Much of Beatrice’s will and flair went into publishing. For more than three decades, she sat in her poky upstairs office and edited book after book. Although she published all kinds, her tastes were unashamedly literary. A legendary and democratic colleague and mentor, she trained generations of book editors. (‘What would Beatrice say?’ became a kind of mantra in editorial circles.) ‘Darling,’ she told one of them, ‘if you make a mistake in print, it will haunt you for the rest of your life.’ Her authors were celebrated, and various. They included Miles Franklin, Eve Langley, Xavier Herbert, Patricia Wrightson, Kenneth Mackenzie and Thea Astley.
When, in 1973, after thirty-four years with A&R, she fell out of favour with Gordon Barton and Richard Walsh, eighty of her authors contributed to a Festschrift. Thea Astley wrote: ‘Beatrice Davis has taught me more about writing than anyone else. But she has, indirectly, and simply by being Beatrice, taught me as much about living. She is a truly great woman.’ Douglas Stewart, with whom Beatrice had launched A&R’s Coast to Coast anthology series, was succinct: ‘As much as anyone else, and more than most, Beatrice Davis kept Australian literature alive for more than a quarter of a century.’
Davis’s career did not end in 1973. She went to work at Thomas Nelson, befriending a new generation of authors. She edited Tim Winton and Paul Radley, including his notorious Jack Rivers and Me. (Here Kent strains a little to establish Davis’s prescience about the book’s true authorship.) She befriended and influenced younger publishers, including Bob Sessions and Patrick Gallagher. She hosted famous parties, never missed Writers’ Week and, having agreed to act as literary executor, remained one of the Miles Franklin Award judges for more than thirty years. In itself, this seems remarkable – possibly hubristic – but not as extraordinary as Davis’s belief in the rightness of her fulfilling this role despite the fact that she had also edited countless entries, and several winners, including Thea Astley’s three early successes. Her own sense of duty – and dispensation – were unshakeable. She felt she owed it to Franklin, and that was that.
Marketing was never her genius. She had joined A&R at a time when editors took as long as they liked with manuscripts, books were only released when it suited the editors, and the printers at Halstead were often asked to recommend print-runs. Ruth Park never heard Beatrice mention readers, only reviewers. Several future bestsellers got away, notoriously John O’Grady’s They’re a Weird Mob, which sold its first print-run (14,000 copies) in a fortnight and 70,000 copies by 1979. Her preference for literary fiction had ‘once more blinded her to market realities’. Eventually, Beatrice’s indifference to the popular counted against her as an editor when a new breed of marketers and financiers took over the presses with their bitter acumen and statistical blinkers.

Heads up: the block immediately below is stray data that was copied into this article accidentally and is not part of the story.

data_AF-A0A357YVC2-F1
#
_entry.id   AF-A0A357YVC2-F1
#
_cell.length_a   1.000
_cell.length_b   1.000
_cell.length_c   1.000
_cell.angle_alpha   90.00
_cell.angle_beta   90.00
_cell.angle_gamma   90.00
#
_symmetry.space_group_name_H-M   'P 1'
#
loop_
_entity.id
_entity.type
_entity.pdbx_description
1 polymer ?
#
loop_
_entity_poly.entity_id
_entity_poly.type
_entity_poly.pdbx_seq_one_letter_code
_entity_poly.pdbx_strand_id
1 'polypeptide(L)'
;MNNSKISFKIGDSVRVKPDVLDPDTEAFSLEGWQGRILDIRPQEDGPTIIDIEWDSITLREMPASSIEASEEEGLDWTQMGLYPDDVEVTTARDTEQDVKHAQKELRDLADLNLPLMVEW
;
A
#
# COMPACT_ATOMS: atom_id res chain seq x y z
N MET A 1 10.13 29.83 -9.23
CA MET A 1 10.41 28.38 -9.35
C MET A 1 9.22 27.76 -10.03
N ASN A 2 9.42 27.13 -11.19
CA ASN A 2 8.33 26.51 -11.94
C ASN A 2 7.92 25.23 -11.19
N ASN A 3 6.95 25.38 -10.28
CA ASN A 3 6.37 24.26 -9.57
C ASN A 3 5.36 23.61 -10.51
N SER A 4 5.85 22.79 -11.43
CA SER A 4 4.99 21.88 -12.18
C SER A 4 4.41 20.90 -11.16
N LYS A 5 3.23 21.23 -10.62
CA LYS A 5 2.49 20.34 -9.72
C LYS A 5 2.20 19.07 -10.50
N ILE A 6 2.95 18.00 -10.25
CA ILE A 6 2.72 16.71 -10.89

Nevertheless, one of the book’s main revelations is the durability of the Australian market and the successes enjoyed by A&R in those formative decades. Ion Idriess wrote fifty books over thirty years and each one, on average, sold 35,000 copies. One topped 300,000 copies. Come in Spinner sold 24,000 copies in its first year. A&R’s mailing list numbered 200,000 when the population was about seven million.
Paramount for Beatrice was the intense, creative, disinterested work with authors and their manuscripts. Putatively the ‘helper’, she could be insistent and diabolically charming. ‘I think we’ll have a tiny piece of comma here,’ she would note in her meticulous red handwriting, of which Miles Franklin remarked that it could have been played on the piano. Sometimes, naughtily, she didn’t show changes to authors until it was too late. She remained a stickler for correct grammar and punctuation, the Fowler Fixation, as Kenneth Tynan dubbed it. She was incisive about sloppy writing, however famous or irascible the author, and her attention to detail was impressive. She once told Xavier Herbert: ‘You’ve hypnotised yourself with words here – long-winded and mannered … No omelette maker would leave the job to glance at a newspaper.’
The details in this book are exquisite and a rich resource. The frequently outrageous Herbert so detested semicolons he sawed the key off his typewriter, condemning himself to what G.R. Robertson, the founder of A&R, described as ‘blockage of the colon’. We meet Sid McCure, who joined A&R in 1892 and retired in 1954, the sort of longevity – and loyalty to staff – that would be almost inconceivable today. And there is a poignant cameo of Ernestine Hill at the end of her troubled life, endlessly retyping chapters without making changes – still desperate to write.
Finally, in 1981, Beatrice retired. Honours were heaped on her, including an emeritus fellowship from the Literature Board (still the only fellowship ever given to a book editor) and, from the National Book Council, the apt, perverse title of Bookman of the Year. Jacqueline Kent is not always uncritical of her subject but, at the end of this worthy addition to the literature on publishing in this country, she permits herself a warm tribute with which it is difficult to disagree:
At a time when Australia was a small country that still took almost perverse pride in its anti-intellectualism, she affirmed the importance of our writers in every aspect of her working life. Australian literature will always be in her debt.